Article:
Things to know with regards to OFFER TO SETTLE

Q: What is an offer to settle?

A: The common law origin of offer to settle is known as the “Calderbank offer”, named after the case of #Calderbank v Calderbank. An offer to settle occurs when a party offer an out of court settlement to the other party before the finality of their matter in court. The purpose of such an offer is to spur the parties to bring litigation to an expeditious end without judgment and thus to save costs and judicial time. The procedure and principles of the offer to settle is governed under Order 22B of the Rules of Court 2012. A party may serve on other party an offer to settle in Form 34 and the party may accept the offer in Form 36.

Q: When an offer to settle can be made?

A: Any time before the court disposes of the matter

Q: Can the party withdraw the offer?

A: Yes. The party may withdraw the offer by notice of withdrawal in Form 35 before the acceptance

Q: When should the party accept the offer to settle?

A: Depends on whether a time to accept the offer is specified.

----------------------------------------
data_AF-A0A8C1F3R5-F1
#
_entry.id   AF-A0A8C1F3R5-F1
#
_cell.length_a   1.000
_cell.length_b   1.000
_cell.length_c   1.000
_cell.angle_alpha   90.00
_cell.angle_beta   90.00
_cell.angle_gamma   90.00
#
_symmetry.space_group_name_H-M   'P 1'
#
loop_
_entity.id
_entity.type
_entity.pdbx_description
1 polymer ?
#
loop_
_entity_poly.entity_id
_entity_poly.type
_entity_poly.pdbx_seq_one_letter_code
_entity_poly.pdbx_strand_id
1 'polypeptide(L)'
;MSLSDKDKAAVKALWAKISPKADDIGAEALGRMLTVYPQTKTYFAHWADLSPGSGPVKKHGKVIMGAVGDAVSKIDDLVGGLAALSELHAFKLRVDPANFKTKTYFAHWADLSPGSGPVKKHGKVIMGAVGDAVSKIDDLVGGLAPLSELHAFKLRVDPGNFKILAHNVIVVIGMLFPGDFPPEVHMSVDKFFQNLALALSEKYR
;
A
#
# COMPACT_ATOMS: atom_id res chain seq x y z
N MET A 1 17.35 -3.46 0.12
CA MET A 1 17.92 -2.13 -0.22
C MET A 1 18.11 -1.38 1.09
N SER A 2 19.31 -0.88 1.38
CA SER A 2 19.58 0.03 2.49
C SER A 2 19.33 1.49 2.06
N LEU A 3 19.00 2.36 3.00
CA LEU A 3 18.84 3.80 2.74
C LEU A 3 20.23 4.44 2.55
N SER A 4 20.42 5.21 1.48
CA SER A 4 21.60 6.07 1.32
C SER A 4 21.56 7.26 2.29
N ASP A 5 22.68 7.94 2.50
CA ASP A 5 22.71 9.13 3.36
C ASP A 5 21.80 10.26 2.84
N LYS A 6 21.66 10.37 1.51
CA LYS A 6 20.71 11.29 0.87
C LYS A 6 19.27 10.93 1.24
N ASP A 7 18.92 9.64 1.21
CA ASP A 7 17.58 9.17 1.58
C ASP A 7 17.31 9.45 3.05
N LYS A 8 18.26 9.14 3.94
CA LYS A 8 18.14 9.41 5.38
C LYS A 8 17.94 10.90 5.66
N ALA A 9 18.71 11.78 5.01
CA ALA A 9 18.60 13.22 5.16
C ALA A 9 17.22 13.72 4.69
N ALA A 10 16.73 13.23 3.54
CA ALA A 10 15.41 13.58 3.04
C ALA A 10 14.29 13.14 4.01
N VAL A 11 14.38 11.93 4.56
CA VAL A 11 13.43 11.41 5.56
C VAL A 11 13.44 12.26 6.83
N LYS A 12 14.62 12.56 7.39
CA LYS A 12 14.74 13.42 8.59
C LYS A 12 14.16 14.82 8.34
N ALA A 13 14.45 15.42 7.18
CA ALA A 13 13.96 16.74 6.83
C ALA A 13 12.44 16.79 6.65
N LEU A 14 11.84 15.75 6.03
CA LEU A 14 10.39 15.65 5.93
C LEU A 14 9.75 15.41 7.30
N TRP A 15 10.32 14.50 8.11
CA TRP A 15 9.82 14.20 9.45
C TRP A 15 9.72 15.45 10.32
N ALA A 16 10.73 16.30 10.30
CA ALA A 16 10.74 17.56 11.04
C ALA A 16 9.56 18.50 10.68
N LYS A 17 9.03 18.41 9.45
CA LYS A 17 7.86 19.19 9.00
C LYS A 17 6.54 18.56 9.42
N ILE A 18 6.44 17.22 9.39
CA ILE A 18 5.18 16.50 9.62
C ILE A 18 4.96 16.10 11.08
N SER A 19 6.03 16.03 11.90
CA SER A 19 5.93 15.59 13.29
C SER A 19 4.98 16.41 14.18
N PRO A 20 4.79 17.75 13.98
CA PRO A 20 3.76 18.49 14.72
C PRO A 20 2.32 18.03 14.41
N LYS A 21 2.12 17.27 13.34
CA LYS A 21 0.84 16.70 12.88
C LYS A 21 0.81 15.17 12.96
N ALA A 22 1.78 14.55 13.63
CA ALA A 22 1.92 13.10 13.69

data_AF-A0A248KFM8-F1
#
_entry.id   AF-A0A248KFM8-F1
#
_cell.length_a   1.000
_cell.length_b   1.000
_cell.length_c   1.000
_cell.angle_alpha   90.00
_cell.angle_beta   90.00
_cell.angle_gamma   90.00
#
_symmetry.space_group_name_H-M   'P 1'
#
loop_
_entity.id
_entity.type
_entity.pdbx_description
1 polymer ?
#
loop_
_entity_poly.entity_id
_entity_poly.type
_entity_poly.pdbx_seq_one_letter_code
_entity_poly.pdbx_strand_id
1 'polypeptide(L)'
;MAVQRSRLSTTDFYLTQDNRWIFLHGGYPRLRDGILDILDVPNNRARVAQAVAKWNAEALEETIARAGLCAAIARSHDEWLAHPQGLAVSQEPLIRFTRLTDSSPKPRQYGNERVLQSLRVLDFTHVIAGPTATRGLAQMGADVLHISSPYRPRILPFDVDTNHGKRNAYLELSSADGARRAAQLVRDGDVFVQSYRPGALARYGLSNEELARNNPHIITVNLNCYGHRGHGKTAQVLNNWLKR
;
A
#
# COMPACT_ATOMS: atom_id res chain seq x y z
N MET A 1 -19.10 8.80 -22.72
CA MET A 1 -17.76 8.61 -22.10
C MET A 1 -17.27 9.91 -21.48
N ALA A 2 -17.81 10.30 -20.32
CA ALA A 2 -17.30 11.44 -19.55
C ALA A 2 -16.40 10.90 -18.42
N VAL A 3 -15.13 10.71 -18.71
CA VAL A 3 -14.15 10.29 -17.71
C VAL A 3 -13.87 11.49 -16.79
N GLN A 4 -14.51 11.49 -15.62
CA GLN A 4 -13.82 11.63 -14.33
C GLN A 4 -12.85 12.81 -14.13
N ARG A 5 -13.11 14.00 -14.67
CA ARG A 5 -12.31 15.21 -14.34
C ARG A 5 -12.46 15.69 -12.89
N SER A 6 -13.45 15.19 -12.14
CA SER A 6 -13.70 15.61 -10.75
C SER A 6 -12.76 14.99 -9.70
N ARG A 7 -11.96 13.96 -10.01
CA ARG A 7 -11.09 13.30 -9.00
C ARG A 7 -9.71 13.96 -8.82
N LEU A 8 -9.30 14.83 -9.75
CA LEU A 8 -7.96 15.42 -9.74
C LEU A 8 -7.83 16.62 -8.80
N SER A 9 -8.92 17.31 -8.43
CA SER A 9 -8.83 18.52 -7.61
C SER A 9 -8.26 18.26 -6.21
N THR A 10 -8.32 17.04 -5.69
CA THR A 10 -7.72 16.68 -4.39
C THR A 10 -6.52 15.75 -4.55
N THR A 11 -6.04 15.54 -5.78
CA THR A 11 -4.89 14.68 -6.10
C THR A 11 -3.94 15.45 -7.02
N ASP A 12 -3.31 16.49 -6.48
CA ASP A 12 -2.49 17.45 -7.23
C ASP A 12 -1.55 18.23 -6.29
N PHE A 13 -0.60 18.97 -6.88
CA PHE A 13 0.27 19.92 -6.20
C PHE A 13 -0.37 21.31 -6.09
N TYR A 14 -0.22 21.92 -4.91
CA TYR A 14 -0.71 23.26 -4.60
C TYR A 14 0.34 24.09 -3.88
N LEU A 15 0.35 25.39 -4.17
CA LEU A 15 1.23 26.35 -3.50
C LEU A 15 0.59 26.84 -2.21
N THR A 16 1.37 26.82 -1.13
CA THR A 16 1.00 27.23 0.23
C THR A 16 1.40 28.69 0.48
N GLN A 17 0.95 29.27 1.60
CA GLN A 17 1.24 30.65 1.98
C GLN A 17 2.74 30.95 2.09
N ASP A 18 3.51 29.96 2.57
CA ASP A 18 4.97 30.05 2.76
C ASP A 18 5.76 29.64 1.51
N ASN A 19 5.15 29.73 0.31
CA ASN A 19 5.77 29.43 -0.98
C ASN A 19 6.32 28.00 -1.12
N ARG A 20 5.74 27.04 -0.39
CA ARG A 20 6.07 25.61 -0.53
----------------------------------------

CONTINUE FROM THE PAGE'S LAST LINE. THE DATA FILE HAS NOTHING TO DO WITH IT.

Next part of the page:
• If a time is specified in the offer: the offer lapses at the expiry of the stipulated time if it is not accepted
  • If no time is stipulated: the offer may be accepted by the other party at any time before the court disposes of the matter

Q: Can the party disclose this offer to settle?

A:

General Rule

An offer to settle is deemed to be an offer to compromise or settle a matter, and is made on a without prejudice basis, except as to costs. Therefore, the offer cannot be filed in court or mentioned in pleadings or affidavit. It cannot be disclosed to court to be used as evidence to indicate admission of guilt or liability by the party making the offer 

Exceptions

  • Where the offer is accepted, the court may incorporate any of its term into a judgment
  • When all of the question of liability and relief already be determined, then the court would be informed of the offer for the purpose of determining the issue of cost 

Q: How to determine the cost

A: Depends on whether the party has accepted the offer.

  1. Where the offer has been accepted, each party shall bear his own cost
  2. Where the plaintiff did not accept the offer but he obtains judgment in his favour, the costs shall be determined as follows:-
    • The plaintiff is entitled to cost where the judgment is more favourable than the offer to settle
    • Where the judgment is same as / less favourable than the offer to settle  
      • Plaintiff is entitled to costs to the date the offer was served  
      • Defendant is entitled to costs from that date

Q: What is the consequence of non-compliance of the terms of offer

A: The party can apply to the court for a judgment on the accepted terms of the offer OR continue with the proceeding as if there had been no offer to settle